MC: What is your relationship to Tokyo?
G: I travel more or less once a year to Tokyo for work. I always try to stay a couple of days to enjoy the city. I love Tokyo. I think it’s one of my favorite places in the world. I hope I can one day live in Japan for a few years.
MC: When and why did you start drawing the city?
G: I always have a sketchbook with me and Tokyo has a lot of things to draw. Since the first time I came, I naturally started to draw the city.
MC: Do you draw professionally?
G: I work as a fashion/graphic designer, so I don’t draw a lot at work. Most of the time, I draw on the bus, at a coffee table, or late night at home. The fact that I use a computer eight hours per day makes me flee away the screens, so most of my drawings are 100% made on paper.
MC: Are there any recurring subjects in your Tokyo drawings?
G: I like the small streets, the details of the walls. Drawing the cable lines is a cliché, but it’s really relaxing to draw them. I also like to draw the vending machines. They are full of secrets.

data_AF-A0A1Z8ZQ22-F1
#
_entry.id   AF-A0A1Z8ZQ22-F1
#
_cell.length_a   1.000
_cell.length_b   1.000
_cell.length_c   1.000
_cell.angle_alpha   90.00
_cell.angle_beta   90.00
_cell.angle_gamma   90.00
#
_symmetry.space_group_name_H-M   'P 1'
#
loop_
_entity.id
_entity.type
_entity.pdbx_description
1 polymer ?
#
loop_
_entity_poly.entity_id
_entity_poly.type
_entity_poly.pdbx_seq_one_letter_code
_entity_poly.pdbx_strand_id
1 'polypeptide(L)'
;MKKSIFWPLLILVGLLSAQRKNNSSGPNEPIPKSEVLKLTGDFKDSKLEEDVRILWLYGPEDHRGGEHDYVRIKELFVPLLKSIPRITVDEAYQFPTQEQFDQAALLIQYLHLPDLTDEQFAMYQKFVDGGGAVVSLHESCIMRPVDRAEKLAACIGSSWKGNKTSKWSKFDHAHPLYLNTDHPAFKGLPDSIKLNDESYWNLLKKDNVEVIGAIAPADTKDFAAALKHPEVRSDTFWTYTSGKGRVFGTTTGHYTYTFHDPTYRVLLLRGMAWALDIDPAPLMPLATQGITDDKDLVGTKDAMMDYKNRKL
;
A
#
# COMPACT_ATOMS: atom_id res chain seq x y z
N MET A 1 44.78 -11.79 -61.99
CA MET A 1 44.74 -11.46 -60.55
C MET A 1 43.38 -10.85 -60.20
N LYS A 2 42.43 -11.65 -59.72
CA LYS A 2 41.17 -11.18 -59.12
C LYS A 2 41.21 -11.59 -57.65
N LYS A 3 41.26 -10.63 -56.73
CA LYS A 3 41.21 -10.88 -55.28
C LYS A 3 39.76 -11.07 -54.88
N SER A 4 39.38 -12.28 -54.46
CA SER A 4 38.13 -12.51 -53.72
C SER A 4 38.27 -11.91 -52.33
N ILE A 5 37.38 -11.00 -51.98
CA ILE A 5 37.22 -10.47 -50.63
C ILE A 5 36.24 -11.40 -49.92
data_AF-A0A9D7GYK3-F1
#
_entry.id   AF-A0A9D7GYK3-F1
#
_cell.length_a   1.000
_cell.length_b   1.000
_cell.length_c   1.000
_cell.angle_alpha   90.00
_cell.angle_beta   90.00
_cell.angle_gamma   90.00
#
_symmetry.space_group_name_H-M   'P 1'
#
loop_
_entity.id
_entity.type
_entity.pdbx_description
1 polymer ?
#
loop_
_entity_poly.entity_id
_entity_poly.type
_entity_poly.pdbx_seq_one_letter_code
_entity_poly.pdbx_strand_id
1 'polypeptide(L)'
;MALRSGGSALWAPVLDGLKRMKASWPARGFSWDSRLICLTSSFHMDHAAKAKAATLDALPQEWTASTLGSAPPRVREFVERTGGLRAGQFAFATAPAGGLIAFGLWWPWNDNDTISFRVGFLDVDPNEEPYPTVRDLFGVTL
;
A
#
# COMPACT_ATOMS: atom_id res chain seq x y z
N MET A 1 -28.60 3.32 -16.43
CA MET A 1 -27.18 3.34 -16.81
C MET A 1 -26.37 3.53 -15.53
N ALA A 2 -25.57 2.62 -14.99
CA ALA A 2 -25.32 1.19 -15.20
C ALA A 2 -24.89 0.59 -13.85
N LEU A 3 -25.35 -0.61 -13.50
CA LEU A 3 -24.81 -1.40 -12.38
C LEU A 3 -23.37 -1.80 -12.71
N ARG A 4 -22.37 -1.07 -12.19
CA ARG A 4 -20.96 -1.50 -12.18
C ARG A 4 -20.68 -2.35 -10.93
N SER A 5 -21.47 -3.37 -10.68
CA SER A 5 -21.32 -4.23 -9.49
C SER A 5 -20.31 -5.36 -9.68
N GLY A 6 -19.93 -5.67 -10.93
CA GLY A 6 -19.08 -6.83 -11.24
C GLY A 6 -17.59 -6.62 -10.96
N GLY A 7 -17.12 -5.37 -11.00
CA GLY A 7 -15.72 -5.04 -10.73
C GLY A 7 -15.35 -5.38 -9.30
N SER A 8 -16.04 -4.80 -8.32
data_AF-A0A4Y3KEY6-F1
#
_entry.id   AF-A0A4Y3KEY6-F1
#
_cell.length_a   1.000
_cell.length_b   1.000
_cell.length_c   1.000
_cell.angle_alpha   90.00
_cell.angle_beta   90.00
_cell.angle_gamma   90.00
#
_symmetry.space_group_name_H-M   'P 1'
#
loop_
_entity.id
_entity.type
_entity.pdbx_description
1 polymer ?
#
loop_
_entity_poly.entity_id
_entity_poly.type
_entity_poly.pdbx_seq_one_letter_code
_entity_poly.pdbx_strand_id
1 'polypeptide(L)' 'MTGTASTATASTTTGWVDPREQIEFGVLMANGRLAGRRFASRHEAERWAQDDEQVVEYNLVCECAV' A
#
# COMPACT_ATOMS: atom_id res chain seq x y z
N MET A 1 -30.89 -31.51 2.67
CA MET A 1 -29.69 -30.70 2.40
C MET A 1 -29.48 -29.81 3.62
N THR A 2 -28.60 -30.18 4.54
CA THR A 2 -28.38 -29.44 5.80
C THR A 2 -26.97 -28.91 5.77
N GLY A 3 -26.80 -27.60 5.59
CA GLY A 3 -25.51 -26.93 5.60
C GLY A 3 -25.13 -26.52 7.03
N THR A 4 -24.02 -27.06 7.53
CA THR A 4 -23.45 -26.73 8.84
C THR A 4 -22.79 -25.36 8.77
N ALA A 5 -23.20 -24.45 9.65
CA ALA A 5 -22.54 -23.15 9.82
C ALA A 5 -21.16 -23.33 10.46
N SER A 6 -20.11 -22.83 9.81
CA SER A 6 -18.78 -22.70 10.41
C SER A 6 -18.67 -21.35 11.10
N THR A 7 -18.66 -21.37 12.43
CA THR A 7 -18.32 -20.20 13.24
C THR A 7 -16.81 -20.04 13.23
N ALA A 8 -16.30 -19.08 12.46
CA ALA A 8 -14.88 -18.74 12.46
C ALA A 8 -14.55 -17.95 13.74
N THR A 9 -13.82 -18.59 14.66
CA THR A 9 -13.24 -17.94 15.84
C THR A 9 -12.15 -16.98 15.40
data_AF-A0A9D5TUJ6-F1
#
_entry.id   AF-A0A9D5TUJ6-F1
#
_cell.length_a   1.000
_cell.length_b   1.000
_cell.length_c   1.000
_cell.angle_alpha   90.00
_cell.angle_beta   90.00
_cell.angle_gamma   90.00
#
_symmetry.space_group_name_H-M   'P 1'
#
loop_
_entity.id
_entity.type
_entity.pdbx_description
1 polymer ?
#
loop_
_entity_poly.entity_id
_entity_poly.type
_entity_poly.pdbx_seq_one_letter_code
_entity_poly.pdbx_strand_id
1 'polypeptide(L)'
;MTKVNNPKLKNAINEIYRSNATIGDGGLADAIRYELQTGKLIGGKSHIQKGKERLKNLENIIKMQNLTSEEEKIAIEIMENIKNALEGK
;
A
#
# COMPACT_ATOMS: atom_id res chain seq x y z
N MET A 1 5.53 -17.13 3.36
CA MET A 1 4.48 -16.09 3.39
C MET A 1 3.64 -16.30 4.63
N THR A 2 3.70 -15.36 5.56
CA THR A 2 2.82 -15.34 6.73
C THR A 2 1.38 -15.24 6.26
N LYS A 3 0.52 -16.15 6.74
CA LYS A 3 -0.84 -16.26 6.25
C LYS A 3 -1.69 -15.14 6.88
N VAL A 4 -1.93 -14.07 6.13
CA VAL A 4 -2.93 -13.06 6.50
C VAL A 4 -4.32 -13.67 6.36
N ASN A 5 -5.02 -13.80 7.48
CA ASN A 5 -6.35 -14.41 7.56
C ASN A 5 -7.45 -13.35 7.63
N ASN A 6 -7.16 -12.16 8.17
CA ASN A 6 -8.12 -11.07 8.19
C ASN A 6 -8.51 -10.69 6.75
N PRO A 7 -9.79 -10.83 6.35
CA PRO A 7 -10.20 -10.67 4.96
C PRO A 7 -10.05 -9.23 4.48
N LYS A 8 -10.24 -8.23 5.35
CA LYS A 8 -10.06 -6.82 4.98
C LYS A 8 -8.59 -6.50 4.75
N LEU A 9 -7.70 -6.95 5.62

MC: Tell us about the place that you have selected.
G: I moved to another hotel placed in a more residential area near Shibuya. I lost myself in the small streets and started to draw what I was seeing every day.
MC: Do you have any other special places in Tokyo?
G: I like to go to eat fish in the restaurant Kaikaya. And I like to cross the Yoyogi Park. But I still have a lot of places to discover.
MC: Do you have any references for your work or anyone whose work you particularly admire?
G: I’m really a drawing enthusiast so I like a lot of artists. I will say the first three names that pop in my head: Matthew Houston, Helge Reumann, and Blutch.
MC: Why is drawing important for you?
G: Drawing is the best way to kill the time I have.